12. Ortega, Francesc & Polavieja, Javier G., 2012. "Labor-market exposure as a determinant of attitudes toward immigration," Labour Economics, Elsevier, vol. 19(3), pages 298-311.
  13. Bertoli, Simone & Fernández-Huertas Moraga, Jesús & Ortega, Francesc, 2010. "Crossing the Border: Self-Selection, Earnings and Individual Migration Decisions," IZA Discussion Papers 4957, Institute for the Study of Labor (IZA).
  14. Ortega Francesc, 2010. "Immigration, Citizenship, and the Size of Government," The B.E. Journal of Economic Analysis & Policy, De Gruyter, vol. 10(1), pages 1-40, March.
  15. E. Paul Durrenberger, 2005. "Labour," Chapters, in: A Handbook of Economic Anthropology, chapter 8 Edward Elgar.
  16. Francesc Ortega & Giovanni Peri, 2009. "The Causes and Effects of International Migrations: Evidence from OECD Countries 1980-2005," NBER Working Papers 14833, National Bureau of Economic Research, Inc.
  17. Libertad Gonzalez & Francesc Ortega, 2013. "Immigration And Housing Booms: Evidence From Spain," Journal of Regional Science, Wiley Blackwell, vol. 53(1), pages 37-59, 02.
  18. Grogger, Jeffrey & Hanson, Gordon H., 2011. "Income maximization and the selection and sorting of international migrants," Journal of Development Economics, Elsevier, vol. 95(1), pages 42-57, May.
  19. Hatton, Timothy J., 2010. "The Cliometrics of International Migration: A Survey," CEPR Discussion Papers 7803, C.E.P.R. Discussion Papers.
  20. Susana Iranzo & Giovanni Peri, 2009. "Migration and Trade: Theory with an Application to the Eastern-Western European Integration," Working Papers 97, University of California, Davis, Department of Economics.
  21. Elhanan Helpman & Marc Melitz & Yona Rubinstein, 2007. "Estimating Trade Flows: Trading Partners and Trading Volumes," NBER Working Papers 12927, National Bureau of Economic Research, Inc.
  22. David Karemera & Victor Iwuagwu Oguledo & Bobby Davis, 2000. "A gravity model analysis of international migration to North America," Applied Economics, Taylor & Francis Journals, vol. 32(13), pages 1745-1755.
  23. Simone Bertoli & Jesus Fernandez-Huertas Moraga & Francesc Ortega, 2011. "Immigration Policies and the Ecuadorian Exodus," World Bank Economic Review, World Bank Group, vol. 25(1), pages 57-76, March.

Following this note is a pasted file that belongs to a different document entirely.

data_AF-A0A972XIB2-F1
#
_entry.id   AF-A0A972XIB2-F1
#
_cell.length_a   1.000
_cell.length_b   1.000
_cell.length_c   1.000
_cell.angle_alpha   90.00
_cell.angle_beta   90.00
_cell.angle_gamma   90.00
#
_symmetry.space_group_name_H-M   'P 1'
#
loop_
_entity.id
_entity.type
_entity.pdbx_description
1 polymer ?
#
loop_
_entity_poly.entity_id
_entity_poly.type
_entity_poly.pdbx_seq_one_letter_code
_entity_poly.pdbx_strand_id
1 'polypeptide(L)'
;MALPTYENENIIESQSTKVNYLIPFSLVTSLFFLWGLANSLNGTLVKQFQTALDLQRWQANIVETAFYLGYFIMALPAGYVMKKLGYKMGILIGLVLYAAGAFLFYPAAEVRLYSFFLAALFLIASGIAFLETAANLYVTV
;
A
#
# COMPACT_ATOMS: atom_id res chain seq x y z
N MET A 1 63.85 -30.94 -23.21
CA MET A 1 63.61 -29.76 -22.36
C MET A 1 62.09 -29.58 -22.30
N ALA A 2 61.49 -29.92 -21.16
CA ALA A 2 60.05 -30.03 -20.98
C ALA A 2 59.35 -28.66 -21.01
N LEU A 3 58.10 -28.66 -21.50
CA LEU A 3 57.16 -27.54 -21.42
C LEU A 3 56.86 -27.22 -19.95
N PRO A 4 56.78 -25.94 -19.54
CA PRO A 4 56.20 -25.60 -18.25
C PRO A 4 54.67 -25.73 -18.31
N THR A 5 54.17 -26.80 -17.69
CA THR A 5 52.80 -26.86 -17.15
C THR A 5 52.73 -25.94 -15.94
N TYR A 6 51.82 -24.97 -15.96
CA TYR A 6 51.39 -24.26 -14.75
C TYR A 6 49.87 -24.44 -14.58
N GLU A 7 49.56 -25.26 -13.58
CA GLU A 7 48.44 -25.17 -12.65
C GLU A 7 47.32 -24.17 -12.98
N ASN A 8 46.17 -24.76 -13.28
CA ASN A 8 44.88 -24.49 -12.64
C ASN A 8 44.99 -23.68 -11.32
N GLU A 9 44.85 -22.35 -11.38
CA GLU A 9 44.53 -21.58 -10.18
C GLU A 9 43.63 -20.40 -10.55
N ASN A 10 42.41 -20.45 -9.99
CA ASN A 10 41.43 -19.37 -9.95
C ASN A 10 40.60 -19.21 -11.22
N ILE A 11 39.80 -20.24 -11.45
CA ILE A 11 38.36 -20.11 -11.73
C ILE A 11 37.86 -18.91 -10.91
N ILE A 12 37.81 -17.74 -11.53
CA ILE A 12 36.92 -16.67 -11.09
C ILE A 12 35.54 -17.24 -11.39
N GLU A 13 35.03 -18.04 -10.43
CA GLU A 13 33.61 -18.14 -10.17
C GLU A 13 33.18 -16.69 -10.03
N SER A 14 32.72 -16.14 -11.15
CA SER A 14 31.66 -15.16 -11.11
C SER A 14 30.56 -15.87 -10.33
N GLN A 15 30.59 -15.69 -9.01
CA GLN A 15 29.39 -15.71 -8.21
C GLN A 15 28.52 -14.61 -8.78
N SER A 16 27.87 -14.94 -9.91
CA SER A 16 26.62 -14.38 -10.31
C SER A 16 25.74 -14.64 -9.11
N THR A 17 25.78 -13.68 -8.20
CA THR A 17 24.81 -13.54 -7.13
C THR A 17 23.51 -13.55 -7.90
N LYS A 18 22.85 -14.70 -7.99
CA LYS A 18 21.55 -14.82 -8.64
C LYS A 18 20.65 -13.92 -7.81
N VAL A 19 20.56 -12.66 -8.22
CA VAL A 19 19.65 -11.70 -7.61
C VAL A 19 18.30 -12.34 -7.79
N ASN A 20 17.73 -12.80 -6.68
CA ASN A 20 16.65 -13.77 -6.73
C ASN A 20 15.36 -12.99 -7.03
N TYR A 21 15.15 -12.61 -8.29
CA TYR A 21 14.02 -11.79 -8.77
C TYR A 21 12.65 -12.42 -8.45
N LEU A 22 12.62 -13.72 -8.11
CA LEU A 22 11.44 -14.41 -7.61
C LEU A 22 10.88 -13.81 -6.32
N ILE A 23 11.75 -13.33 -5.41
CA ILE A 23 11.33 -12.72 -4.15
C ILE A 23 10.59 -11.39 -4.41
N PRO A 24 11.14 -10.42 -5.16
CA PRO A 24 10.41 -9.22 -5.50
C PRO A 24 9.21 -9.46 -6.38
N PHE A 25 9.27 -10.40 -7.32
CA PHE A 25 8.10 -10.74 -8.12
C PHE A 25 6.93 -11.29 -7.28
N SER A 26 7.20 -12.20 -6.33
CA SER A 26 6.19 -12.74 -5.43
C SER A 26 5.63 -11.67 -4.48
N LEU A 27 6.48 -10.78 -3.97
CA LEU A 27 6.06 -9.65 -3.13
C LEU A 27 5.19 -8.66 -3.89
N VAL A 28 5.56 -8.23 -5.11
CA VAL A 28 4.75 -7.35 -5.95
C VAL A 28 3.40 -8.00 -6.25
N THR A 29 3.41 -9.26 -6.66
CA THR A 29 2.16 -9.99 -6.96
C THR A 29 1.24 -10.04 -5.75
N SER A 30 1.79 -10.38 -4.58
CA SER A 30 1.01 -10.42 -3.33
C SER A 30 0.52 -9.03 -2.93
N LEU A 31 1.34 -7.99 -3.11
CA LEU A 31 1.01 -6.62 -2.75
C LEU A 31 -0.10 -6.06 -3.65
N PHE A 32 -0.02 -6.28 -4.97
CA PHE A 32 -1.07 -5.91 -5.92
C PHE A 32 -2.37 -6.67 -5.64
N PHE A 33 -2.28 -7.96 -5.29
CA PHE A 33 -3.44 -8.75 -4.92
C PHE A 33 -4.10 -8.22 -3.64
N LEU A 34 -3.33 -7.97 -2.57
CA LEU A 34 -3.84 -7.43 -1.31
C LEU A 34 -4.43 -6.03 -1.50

24. Borjas, George J, 1987. "Self-Selection and the Earnings of Immigrants," American Economic Review, American Economic Association, vol. 77(4), pages 531-53, September.
  25. Graziella Bertocchi & Chiara Strozzi, 2008. "International migration and the role of institutions," Public Choice, Springer, vol. 137(1), pages 81-102, October.
  26. Pilar García Gómez & Guillem López, 2003. "Hypothesis on immigration and welfare," Economics Working Papers 905, Department of Economics and Business, Universitat Pompeu Fabra, revised Oct 2005.
Full references (including those not matched with items on IDEAS)

This item is not listed on Wikipedia, on a reading list or among the top items on IDEAS.

When requesting a correction, please mention this item's handle: RePEc:cda:wpaper:12-14. See general information about how to correct material in RePEc.

For technical questions regarding this item, or to correct its authors, title, abstract, bibliographic or download information, contact: (Scott Dyer)

If you have authored this item and are not yet registered with RePEc, we encourage you to do it here. This allows to link your profile to this item. It also allows you to accept potential citations to this item that we are uncertain about.

If references are entirely missing, you can add them using this form.

If the full references list an item that is present in RePEc, but the system did not link to it, you can help with this form.

If you know of missing items citing this one, you can help us creating those links by adding the relevant references in the same way as above, for each refering item. If you are a registered author of this item, you may also want to check the "citations" tab in your profile, as there may be some citations waiting for confirmation.

Please note that corrections may take a couple of weeks to filter through the various RePEc services.

This information is provided to you by IDEAS at the Research Division of the Federal Reserve Bank of St. Louis using RePEc data.